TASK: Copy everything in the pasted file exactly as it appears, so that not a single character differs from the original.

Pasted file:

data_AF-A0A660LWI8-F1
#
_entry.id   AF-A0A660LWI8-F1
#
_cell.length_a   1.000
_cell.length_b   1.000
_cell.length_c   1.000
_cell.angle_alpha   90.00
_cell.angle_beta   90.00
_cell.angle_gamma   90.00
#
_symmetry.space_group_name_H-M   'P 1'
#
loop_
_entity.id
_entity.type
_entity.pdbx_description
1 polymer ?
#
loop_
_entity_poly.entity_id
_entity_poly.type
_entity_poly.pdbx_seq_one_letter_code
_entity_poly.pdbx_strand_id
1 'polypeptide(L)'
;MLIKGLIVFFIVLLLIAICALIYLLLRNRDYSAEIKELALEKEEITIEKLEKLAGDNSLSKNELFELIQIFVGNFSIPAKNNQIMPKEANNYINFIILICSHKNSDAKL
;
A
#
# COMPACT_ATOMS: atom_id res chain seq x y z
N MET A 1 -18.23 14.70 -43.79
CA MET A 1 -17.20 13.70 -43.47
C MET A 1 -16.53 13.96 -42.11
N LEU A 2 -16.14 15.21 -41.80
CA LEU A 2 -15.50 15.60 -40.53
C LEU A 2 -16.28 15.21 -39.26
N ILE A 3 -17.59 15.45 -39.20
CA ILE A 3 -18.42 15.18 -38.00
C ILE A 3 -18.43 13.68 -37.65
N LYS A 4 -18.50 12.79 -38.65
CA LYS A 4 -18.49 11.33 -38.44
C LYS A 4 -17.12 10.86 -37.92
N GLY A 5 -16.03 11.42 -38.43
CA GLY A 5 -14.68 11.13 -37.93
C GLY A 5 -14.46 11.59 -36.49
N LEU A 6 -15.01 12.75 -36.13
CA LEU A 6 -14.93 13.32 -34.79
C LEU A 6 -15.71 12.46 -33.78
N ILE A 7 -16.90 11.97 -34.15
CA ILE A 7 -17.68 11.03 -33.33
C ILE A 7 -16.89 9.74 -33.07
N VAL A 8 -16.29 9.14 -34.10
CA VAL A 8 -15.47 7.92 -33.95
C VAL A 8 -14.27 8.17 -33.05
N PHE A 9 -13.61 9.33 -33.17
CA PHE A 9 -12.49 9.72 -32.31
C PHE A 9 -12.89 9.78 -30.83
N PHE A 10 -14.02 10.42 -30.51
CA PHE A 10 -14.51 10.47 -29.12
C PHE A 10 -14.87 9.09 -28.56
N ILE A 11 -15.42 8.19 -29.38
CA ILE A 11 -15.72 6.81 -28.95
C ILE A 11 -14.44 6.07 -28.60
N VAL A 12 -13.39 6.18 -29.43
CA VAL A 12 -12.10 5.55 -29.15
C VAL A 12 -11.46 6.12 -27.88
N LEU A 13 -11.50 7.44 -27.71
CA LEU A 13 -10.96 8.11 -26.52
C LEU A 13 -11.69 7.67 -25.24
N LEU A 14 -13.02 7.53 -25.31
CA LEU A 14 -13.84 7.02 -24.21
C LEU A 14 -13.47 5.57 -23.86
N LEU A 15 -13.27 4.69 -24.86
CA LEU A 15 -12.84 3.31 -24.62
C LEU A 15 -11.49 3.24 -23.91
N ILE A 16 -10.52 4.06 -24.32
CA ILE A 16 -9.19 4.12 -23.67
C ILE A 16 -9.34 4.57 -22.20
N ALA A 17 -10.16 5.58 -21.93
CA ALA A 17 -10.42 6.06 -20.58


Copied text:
data_AF-A0A660LWI8-F1
#
_entry.id   AF-A0A660LWI8-F1
#
_cell.length_a   1.000
_cell.length_b   1.000
_cell.length_c   1.000
_cell.angle_alpha   90.00
_cell.angle_beta   90.00
_cell.angle_gamma   90.00
#
_symmetry.space_group_name_H-M   'P 1'
#
loop_
_entity.id
_entity.type
_entity.pdbx_description
1 polymer ?
#
loop_
_entity_poly.entity_id
_entity_poly.type
_entity_poly.pdbx_seq_one_letter_code
_entity_poly.pdbx_strand_id
1 'polypeptide(L)'
;MLIKGLIVFFIVLLLIAICALIYLLLRNRDYSAEIKELALEKEEITIEKLEKLAGDNSLSKNELFELIQIFVGNFSIPAKNNQIMPKEANNYINFIILICSHKNSDAKL
;
A
#
# COMPACT_ATOMS: atom_id res chain seq x y z
N MET A 1 -18.23 14.70 -43.79
CA MET A 1 -17.20 13.70 -43.47
C MET A 1 -16.53 13.96 -42.11
N LEU A 2 -16.14 15.21 -41.80
CA LEU A 2 -15.50 15.60 -40.53
C LEU A 2 -16.28 15.21 -39.26
N ILE A 3 -17.59 15.45 -39.20
CA ILE A 3 -18.42 15.18 -38.00
C ILE A 3 -18.43 13.68 -37.65
N LYS A 4 -18.50 12.79 -38.65
CA LYS A 4 -18.49 11.33 -38.44
C LYS A 4 -17.12 10.86 -37.92
N GLY A 5 -16.03 11.42 -38.43
CA GLY A 5 -14.68 11.13 -37.93
C GLY A 5 -14.46 11.59 -36.49
N LEU A 6 -15.01 12.75 -36.13
CA LEU A 6 -14.93 13.32 -34.79
C LEU A 6 -15.71 12.46 -33.78
N ILE A 7 -16.90 11.97 -34.15
CA ILE A 7 -17.68 11.03 -33.33
C ILE A 7 -16.89 9.74 -33.07
N VAL A 8 -16.29 9.14 -34.10
CA VAL A 8 -15.47 7.92 -33.95
C VAL A 8 -14.27 8.17 -33.05
N PHE A 9 -13.61 9.33 -33.17
CA PHE A 9 -12.49 9.72 -32.31
C PHE A 9 -12.89 9.78 -30.83
N PHE A 10 -14.02 10.42 -30.51
CA PHE A 10 -14.51 10.47 -29.12
C PHE A 10 -14.87 9.09 -28.56
N ILE A 11 -15.42 8.19 -29.38
CA ILE A 11 -15.72 6.81 -28.95
C ILE A 11 -14.44 6.07 -28.60
N VAL A 12 -13.39 6.18 -29.43
CA VAL A 12 -12.10 5.55 -29.15
C VAL A 12 -11.46 6.12 -27.88
N LEU A 13 -11.50 7.44 -27.71
CA LEU A 13 -10.96 8.11 -26.52
C LEU A 13 -11.69 7.67 -25.24
N LEU A 14 -13.02 7.53 -25.31
CA LEU A 14 -13.84 7.02 -24.21
C LEU A 14 -13.47 5.57 -23.86
N LEU A 15 -13.27 4.69 -24.86
CA LEU A 15 -12.84 3.31 -24.62
C LEU A 15 -11.49 3.24 -23.91
N ILE A 16 -10.52 4.06 -24.32
CA ILE A 16 -9.19 4.12 -23.67
C ILE A 16 -9.34 4.57 -22.20
N ALA A 17 -10.16 5.58 -21.93
CA ALA A 17 -10.42 6.06 -20.58